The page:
Crossrail 2 map and route: everything you need to know about the new north-to-south underground line

By the 2030s, the capital will be a mega-city of more than 10 million people. Plannng for the second phase of Crossrail - which is set to boost house prices further - has been given the go-ahead, with completion due in 2033.

Click to follow

Although still two or three years from completion, Crossrail - now called the Elizabeth Line - is already estimated to have added £5.5billion to property values along its route.

Now, Chancellor George Osborne has confirmed that his March Budget will give the green light to Crossrail 2, a crucial transport route necessary to keep London moving.

What is Crossrail 2?

A brand new railway bisecting London from north to south, Crossrail 2 will link the suburban railway network from Tottenham Hale to Wimbledon via a new tunnel through the centre of the capital.

The final route hasn’t yet been confirmed, although current plans stretch from Broxbourne in Hertfordshire and continue through the heart of the capital to Surrey.  

The £27billion plan has been given the go-ahead amid warnings from national infrastructure commission chairman Lord Adonis that London will “grind to a halt” by the 2030s unless major improvements are made to the transport network.

North to south: plans for Crossrail 2 has the route cutting through central London from Tottenham Hale to Wimbledon

Where will Crossrail 2 go?

Within London, the planned route extends from Wimbledon, through Clapham Junction, Victoria, Tottenham Court Road, Euston St Pancras and Dalston, and continues to Tottenham Hale.

An offshoot from Dalston will link up with New Southgate via Alexandra Palace, near Muswell Hill and Turnpike Lane.

South of the river, but still within London, Crossrail 2 will connect with New Malden and other major commuter suburbs such as Surbiton and Kingston.

At its most southerly tip, Crossrail 2 will reach Epsom in Surrey and there will also be branches terminating at Shepperton, Hampton Court and Chessington South.

At its most northernly point, the route will reach Broxbourne in Hertfordshire, taking in Cheshunt, Waltham Cross and Ponders End. 

What are the property experts saying?

“When Crossrail 2 eventually gets going, its impact will be huge,” says Johnny Morris, head of research at Countrywide.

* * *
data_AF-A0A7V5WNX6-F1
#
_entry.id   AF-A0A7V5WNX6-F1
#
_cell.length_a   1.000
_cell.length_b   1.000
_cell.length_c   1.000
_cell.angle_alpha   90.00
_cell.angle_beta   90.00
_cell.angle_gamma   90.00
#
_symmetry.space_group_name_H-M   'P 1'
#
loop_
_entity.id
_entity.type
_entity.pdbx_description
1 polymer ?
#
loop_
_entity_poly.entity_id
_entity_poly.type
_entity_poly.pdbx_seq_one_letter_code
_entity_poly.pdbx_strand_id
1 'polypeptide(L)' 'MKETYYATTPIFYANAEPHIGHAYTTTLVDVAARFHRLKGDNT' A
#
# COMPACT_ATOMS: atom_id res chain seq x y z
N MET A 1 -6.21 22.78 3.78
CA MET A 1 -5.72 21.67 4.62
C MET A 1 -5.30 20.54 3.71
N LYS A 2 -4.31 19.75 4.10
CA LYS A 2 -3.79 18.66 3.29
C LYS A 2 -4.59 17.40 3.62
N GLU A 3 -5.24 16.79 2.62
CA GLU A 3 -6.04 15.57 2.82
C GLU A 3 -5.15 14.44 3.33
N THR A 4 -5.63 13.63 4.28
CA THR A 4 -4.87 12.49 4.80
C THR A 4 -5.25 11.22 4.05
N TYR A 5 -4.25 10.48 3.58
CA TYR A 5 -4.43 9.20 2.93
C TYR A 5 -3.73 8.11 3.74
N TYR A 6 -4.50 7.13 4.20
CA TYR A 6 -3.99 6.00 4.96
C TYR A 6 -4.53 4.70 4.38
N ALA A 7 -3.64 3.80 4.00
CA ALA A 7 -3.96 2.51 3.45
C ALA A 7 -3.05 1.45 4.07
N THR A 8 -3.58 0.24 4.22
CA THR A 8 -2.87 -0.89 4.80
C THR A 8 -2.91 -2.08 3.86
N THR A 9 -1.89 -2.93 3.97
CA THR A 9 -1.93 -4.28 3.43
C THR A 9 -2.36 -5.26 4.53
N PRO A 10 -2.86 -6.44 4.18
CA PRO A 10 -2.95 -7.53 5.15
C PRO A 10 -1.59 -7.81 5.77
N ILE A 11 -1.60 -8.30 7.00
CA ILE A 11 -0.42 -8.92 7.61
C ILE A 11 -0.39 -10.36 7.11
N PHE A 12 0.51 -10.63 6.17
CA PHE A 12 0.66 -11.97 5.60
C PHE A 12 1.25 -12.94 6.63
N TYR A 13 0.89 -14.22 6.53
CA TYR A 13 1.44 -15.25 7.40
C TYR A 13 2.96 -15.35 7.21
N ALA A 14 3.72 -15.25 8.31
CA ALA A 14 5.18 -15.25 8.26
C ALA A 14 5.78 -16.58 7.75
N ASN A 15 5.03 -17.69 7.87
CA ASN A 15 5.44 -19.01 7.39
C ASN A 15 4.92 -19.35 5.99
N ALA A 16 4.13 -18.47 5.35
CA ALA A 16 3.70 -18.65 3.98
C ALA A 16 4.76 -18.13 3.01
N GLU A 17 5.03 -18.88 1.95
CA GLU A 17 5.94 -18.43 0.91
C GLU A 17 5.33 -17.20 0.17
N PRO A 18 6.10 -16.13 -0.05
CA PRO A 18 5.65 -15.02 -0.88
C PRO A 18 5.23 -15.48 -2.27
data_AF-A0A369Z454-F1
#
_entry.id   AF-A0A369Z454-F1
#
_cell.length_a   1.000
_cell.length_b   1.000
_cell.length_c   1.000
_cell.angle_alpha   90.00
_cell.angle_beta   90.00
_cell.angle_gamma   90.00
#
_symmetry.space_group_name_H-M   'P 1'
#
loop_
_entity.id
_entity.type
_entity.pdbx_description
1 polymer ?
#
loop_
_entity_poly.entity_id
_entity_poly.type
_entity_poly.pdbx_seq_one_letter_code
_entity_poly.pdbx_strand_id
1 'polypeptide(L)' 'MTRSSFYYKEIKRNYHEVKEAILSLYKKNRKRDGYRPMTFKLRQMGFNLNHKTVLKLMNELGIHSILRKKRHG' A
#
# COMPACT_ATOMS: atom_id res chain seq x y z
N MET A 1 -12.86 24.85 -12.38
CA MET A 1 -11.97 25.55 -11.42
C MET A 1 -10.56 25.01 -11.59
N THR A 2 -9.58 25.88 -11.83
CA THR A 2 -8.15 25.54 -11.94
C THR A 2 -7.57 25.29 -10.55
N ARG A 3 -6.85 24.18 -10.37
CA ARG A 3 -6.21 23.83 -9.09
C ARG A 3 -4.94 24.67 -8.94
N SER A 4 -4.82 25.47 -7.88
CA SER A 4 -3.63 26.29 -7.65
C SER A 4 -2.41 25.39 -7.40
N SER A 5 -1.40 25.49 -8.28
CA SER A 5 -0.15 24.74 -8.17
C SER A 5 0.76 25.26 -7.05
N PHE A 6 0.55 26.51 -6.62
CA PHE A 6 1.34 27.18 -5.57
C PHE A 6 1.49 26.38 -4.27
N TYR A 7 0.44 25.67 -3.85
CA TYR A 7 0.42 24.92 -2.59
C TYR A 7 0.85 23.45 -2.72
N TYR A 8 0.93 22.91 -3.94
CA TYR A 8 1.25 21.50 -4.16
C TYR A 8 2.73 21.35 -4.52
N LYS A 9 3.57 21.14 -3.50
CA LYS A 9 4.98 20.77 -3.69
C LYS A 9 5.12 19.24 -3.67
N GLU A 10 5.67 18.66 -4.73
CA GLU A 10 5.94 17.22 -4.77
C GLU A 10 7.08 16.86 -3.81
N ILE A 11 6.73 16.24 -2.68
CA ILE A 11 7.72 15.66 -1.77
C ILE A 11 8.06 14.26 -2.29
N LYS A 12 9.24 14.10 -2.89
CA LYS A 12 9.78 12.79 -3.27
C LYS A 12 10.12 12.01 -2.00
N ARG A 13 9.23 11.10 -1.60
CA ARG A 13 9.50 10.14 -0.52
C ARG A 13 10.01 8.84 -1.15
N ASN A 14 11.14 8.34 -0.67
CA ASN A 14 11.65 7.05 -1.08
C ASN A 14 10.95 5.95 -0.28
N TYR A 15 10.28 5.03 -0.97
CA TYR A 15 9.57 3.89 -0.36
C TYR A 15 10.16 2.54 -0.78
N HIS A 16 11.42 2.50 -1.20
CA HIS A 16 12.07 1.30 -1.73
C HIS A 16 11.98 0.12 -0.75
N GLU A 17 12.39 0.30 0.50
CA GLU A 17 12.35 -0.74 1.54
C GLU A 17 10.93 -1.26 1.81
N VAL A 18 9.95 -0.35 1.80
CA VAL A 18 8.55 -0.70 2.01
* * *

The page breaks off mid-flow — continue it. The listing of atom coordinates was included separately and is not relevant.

“It goes through areas that aren’t currently well connected and in Zone 3, particularly, established but hard-to-get-to places like Tooting Broadway and Wimbledon will see a good jump in house prices. But the reality is that all of the areas with Crossrail 2 stations will benefit.”

Susan Emmett, director of Savills Residential Research, says: “One of the mistakes made in the planning for Crossrail 1 was that they left it a bit late to look at housing. Crossrail 2 has learned from this and there is immense potential.

“The 200,000 new homes they’re predicting will be built is definitely realistic, but this will come with high-density housing [typically blocks of flats and tower blocks] which will probably be OK in areas like Tottenham Hale, but might meet resistance in Surrey because of the green belt.”

Fionnuala Earley, residential research director at Hamptons International, says: “In the long-term, both Crossrail 1 and 2 will be a significant driver of regeneration and new development, acting as an accelerant to kick start long planned schemes.

“Locations close to both existing and new Crossrail stations have become the focal point of major regeneration projects across the route outside of central London.

How is it different from Crossrail 1?

Crossrail 1 slices through London from west to east, so imagine it in combination with Crossrail 2 as a giant cross drawn across the city, dividing it into four.

The first stage of the Elizabeth Line links 40 stations from Reading and Heathrow in the west to Shenfield and Abbey Wood in the east.

It will start running through central London in December 2018.

The purple roundel for the Elizabeth Line, as Crossrail will be known when it opens, was unveiled earlier this year

When will Crossrail 2 be completed?

If Lord Adonis has his way, completion will be due in 2033.

“There is no good reason to delay. Crossrail 2 will help to keep London moving, create hundreds of thousands of homes and fire regeneration across the city from north-east to south-west.

Lord Adonis told the Standard: “By the 2030s, London will be a mega-city of more than 10 million people. Even allowing for planned investment and the imminent arrival of Crossrail 1, it will grind to a halt unless significant further improvements are made. That’s why London needs Crossrail 2 as quickly as possible.”


Follow us on Twitter @HomesProperty, Facebook and Instagram